Are gender inequalities in levels of work/life stress apparent among those positioned at the powerful top of society’s hierarchy, and if so, why? This proposal outlines a research project that investigates the mechanisms behind gender and individual-level work/life stress among political elites (national parliamentarians) using a comparative perspective between three country cases: UK, Sweden and Germany. The research project will build on empirical investigations from a self-collected survey data material covering UK, Swedish and German national parliamentarians. An original, micro-level survey data set that provides information about subjective work/life stress (and background variables) and covers the finite population of British national parliamentarians is to be collected as part of this research project. An original micro-level data set covering Swedish and German national parliamentarians already exists (collected as part of my previous research), but the variables related to the topic of work/life stress have never before been analyzed. Parts of this political elite data will further be matched to existing, large-scale databases from the European Social Survey, consisting of representative samples of general citizens of the three nations, for the purpose of reference comparisons between the political elites and average citizens of respective country.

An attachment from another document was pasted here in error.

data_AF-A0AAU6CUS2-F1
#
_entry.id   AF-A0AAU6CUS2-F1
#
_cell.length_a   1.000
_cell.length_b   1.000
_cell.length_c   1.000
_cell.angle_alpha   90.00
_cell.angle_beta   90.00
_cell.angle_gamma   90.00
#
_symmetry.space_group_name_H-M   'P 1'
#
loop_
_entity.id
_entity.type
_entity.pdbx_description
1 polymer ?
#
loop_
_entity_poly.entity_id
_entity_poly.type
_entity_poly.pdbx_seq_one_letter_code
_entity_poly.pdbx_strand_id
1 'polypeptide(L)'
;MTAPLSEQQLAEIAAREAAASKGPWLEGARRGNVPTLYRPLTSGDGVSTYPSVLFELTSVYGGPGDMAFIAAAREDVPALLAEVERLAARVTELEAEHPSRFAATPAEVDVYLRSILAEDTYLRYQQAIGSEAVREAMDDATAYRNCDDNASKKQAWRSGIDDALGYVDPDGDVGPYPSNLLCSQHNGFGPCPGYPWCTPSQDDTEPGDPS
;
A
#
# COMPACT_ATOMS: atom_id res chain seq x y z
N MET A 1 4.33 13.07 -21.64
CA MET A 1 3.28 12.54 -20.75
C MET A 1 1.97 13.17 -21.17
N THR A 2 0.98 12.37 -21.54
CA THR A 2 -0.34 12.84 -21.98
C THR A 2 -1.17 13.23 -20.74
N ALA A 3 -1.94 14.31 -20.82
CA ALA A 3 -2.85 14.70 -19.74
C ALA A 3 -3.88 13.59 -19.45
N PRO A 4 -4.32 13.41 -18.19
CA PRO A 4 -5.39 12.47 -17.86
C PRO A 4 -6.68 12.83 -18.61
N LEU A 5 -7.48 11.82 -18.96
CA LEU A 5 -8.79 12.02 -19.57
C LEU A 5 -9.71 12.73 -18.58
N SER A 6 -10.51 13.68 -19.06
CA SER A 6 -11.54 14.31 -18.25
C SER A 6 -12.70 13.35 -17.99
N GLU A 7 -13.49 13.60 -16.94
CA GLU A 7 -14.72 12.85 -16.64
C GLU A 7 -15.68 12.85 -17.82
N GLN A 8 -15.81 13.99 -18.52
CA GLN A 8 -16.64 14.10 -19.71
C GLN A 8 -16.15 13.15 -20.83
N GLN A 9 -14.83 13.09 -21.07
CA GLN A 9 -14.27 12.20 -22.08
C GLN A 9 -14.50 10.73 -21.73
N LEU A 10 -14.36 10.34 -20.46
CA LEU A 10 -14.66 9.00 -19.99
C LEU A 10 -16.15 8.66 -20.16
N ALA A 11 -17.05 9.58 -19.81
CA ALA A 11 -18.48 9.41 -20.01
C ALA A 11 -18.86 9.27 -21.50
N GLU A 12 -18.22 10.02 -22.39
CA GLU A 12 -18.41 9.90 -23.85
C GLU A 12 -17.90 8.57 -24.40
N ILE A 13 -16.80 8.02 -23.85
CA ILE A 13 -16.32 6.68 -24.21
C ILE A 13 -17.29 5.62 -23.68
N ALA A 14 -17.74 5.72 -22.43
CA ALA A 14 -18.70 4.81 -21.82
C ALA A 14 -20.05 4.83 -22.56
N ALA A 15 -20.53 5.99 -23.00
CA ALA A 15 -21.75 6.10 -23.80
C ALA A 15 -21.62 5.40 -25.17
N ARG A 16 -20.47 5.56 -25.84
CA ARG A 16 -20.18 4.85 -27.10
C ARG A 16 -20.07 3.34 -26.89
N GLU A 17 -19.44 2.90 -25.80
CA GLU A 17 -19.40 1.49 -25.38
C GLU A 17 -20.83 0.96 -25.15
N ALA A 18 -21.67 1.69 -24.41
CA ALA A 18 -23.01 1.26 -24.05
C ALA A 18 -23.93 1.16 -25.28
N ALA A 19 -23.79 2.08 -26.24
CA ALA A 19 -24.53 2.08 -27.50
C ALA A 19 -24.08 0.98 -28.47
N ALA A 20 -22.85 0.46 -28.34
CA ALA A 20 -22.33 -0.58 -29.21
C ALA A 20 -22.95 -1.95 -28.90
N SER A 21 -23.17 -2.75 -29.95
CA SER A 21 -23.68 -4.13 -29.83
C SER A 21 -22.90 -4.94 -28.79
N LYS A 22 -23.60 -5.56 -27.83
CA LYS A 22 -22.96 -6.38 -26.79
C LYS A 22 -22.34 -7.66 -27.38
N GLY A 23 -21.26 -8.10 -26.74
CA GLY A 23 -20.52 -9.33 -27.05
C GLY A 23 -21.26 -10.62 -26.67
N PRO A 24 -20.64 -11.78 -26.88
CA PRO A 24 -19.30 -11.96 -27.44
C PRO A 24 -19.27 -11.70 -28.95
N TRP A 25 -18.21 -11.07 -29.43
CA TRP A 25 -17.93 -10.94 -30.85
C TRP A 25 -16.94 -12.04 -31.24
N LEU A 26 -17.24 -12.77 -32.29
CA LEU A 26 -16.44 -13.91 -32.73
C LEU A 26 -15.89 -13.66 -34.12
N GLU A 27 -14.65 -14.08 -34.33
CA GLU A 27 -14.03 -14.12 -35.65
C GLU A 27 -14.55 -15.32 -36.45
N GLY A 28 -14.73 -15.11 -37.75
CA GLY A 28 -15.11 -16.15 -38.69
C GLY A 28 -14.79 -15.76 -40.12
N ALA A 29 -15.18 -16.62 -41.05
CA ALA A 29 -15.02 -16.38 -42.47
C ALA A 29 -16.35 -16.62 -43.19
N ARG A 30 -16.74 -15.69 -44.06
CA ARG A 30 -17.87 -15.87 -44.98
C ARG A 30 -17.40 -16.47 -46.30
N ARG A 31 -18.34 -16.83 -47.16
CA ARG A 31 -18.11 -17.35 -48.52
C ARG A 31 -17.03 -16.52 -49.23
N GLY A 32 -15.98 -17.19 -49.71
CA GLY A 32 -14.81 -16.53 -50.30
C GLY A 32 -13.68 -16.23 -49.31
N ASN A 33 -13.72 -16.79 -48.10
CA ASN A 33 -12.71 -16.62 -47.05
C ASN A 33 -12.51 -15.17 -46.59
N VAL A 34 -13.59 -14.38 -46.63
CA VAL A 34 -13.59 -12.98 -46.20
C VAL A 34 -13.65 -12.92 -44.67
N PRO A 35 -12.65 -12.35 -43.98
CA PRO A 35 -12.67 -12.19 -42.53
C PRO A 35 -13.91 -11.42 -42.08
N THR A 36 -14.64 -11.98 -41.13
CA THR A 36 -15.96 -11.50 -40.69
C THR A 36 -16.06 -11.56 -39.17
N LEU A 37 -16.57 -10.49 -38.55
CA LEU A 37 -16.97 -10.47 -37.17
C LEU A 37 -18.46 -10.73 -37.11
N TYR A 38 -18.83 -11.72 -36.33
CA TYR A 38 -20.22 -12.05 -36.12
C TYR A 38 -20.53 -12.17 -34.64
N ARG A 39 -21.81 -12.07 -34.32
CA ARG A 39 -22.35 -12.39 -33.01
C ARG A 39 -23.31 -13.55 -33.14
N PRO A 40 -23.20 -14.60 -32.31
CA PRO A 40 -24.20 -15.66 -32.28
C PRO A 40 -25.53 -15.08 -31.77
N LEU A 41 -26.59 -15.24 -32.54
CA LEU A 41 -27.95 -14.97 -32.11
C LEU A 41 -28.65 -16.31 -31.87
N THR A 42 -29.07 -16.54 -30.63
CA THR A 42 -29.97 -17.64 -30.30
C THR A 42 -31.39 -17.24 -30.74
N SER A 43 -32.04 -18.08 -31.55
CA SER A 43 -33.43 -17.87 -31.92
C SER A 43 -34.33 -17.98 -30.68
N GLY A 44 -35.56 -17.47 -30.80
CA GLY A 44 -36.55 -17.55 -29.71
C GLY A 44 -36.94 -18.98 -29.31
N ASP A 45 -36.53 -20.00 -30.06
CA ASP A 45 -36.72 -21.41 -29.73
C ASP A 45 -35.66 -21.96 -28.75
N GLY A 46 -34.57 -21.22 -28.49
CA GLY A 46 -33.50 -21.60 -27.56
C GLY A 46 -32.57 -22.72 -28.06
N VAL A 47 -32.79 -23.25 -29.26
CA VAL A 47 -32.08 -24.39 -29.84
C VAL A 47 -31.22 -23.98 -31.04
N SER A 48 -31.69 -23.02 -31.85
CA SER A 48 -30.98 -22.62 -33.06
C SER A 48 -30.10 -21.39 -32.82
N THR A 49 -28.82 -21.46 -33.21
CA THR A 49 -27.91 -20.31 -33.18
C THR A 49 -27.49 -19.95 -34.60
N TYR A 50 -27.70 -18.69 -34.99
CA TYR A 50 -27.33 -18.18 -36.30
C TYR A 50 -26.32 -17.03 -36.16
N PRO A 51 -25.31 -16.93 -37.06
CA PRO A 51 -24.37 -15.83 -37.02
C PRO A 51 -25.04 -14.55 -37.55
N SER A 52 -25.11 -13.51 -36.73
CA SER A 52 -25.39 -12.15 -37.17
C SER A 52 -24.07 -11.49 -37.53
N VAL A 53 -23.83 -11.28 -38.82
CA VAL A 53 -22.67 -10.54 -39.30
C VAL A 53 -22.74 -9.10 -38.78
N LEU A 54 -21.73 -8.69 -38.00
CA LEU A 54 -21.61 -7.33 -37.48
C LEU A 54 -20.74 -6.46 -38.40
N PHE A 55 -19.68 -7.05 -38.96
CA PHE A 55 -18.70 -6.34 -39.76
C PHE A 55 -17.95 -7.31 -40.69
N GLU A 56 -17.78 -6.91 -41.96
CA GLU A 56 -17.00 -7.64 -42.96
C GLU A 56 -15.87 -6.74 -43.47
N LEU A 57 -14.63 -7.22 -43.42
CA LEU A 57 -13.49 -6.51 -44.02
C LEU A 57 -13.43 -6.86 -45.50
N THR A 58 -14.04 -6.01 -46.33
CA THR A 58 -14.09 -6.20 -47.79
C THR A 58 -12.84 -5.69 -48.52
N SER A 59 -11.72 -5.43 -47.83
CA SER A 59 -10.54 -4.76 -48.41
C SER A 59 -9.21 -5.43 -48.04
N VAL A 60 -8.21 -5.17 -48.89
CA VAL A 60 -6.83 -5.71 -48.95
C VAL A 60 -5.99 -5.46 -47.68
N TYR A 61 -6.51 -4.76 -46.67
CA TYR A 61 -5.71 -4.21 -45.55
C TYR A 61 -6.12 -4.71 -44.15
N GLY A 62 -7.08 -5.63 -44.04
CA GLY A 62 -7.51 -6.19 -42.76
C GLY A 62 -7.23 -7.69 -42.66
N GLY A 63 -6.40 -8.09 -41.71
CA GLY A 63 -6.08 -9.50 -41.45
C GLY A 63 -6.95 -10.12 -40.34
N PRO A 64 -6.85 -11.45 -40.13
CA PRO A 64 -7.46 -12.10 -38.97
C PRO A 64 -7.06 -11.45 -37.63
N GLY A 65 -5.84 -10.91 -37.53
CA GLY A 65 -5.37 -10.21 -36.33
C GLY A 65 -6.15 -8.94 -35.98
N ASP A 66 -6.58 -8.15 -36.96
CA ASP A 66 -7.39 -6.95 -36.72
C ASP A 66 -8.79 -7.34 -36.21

The research project will be carried out by the applicant at Birkbeck, University of London (UK), Department of Politics, Centre for the Study of British Politics and Public Life, under the supervision of Professor Joni Lovenduski.
Call for proposal
See other projects for this call